What is an Unemployment Income?

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  • Written By: Felicia Dye
  • Edited By: Heather Bailey
  • Last Modified Date: 30 January 2020
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Unemployment income is compensation provided to individuals who do not have a job. These benefits are available from several sources, such as state programs and private unemployment insurance coverage. Each of these is generally limited to people who were working but lost their jobs. People who receive unemployment income should be aware that these funds are subject to federal income taxes and are usually only available for a limited amount of time.

Government programs are one of the most popular sources of unemployment income. State and federal programs exist because of the Social Security Act of 1935. The purpose of creating this type of coverage is said to be twofold. First, it provides some relief for the qualified individuals who lose their jobs. Second, it helps support the economy during times of national economic hardship.

Government provided unemployment income is not available to everyone and it is not unlimited. Programs vary throughout the states and territories, but generally to receive the benefits a person must have had a job with an employer that is a participant in the program. She generally needs to have worked with that employer for a certain amount of time and the reason that she is no longer working cannot be her fault. Those who do qualify will only receive a fraction of their previous wages for a limited time, thereby motivating them to be active in their search for another job.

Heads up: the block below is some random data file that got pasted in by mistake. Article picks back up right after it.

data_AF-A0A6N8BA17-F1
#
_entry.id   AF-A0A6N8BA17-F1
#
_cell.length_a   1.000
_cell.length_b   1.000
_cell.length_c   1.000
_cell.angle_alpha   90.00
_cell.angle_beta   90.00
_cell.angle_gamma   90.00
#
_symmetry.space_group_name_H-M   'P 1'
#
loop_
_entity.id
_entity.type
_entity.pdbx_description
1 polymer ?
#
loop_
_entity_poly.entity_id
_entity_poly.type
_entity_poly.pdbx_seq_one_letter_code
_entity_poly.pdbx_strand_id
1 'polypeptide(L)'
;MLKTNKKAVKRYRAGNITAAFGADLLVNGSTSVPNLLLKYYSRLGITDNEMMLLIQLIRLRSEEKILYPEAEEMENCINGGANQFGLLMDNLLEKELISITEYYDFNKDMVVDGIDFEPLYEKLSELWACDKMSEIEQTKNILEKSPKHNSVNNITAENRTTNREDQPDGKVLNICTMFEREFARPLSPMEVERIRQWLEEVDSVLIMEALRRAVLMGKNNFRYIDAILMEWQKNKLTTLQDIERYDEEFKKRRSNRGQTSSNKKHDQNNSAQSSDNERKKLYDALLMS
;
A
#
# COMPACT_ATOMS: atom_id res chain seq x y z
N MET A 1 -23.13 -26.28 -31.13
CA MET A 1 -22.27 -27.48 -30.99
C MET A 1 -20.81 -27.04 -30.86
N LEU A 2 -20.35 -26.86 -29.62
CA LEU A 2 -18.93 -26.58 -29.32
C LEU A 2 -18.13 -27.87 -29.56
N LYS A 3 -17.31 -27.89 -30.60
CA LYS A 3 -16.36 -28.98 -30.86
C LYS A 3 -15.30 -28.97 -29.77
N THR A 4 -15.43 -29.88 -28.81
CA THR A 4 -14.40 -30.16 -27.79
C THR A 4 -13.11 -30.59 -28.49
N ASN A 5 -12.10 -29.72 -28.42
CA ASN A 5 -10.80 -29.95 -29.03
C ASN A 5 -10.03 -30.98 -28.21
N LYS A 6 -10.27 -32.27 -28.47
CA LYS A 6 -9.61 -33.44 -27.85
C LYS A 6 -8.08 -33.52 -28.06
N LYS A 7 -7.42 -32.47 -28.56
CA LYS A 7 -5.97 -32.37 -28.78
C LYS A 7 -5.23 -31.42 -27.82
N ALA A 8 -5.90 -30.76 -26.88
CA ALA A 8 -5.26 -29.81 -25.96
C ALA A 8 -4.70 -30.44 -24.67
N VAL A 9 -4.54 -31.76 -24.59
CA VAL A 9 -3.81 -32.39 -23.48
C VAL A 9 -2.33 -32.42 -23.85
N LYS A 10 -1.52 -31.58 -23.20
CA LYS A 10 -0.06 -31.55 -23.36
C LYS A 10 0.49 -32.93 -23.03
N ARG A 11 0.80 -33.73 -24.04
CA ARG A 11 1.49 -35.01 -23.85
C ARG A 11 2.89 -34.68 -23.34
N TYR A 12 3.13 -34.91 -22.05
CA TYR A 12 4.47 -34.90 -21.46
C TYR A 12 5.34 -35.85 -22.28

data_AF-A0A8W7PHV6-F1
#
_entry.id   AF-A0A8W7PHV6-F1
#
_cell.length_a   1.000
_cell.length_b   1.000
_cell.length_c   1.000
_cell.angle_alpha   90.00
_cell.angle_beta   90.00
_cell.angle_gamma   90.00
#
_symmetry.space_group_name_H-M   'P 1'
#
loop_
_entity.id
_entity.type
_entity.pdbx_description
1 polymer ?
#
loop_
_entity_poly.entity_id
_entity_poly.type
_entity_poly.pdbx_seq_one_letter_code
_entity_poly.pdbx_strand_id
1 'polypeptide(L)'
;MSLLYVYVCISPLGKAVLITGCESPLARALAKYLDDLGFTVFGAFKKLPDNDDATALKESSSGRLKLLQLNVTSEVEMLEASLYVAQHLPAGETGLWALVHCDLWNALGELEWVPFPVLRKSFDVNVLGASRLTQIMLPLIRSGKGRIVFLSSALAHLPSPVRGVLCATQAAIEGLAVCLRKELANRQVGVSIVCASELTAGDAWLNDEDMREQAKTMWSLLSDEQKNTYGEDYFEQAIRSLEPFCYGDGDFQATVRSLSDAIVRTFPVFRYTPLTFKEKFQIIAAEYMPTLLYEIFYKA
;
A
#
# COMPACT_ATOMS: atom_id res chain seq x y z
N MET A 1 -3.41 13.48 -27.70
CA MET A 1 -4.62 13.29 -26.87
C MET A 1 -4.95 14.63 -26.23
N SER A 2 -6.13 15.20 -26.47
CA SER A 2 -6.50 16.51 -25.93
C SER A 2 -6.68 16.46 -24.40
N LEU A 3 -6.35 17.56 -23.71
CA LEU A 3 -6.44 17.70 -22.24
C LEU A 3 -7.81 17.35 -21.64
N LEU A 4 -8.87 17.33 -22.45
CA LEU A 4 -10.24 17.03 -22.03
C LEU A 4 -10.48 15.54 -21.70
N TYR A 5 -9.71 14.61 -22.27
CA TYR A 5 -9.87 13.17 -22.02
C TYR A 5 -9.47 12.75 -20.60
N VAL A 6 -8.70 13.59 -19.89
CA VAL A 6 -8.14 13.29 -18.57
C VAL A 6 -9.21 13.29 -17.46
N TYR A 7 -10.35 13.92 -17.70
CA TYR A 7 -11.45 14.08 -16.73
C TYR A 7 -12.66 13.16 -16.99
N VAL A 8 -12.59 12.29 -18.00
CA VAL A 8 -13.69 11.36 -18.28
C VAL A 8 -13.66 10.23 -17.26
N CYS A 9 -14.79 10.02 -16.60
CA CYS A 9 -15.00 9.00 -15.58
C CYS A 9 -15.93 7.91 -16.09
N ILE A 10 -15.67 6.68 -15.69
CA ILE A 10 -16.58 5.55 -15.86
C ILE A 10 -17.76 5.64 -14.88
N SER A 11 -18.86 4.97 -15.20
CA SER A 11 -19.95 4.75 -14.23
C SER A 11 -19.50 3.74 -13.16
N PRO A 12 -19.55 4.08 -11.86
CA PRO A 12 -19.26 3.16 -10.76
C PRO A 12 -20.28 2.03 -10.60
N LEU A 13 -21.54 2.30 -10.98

Unemployment income can be in the form of payments from a protection plan, which is private coverage. These insurance plans provide compensation for people who stop working. Generally, individuals enroll in a plan and pay monthly fees for at least a certain amount of time.

Like state and federal programs, these funds will only be paid out for job losses that are not voluntarily and coverage is also only available for a limited amount of time. The policy holder is often given the opportunity to decide how long after losing her job she would like to wait before receiving such payments. The minimum waiting period is usually 30 days.

Tax incentives may apply for this type of arrangement. The Internal Revenue Service (IRS) does not tax unemployment income that comes from a fund that an individual contributes to. An exception applies if the individual receives more than he has paid in. Then, the coverage may be subject to federal tax liability.



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Post 1

I have worked in many fields. I have been loyal for over 11 years. My children were young and I put my pay first for supporting my children, but as time has gone by, I have zero hours contract and silly hours.

I now feel the need to leave work, but I am so scared as how my bills will be paid. I am on anxiety medication, but can't go back to work right now. Someone please help me because I need to support my family.

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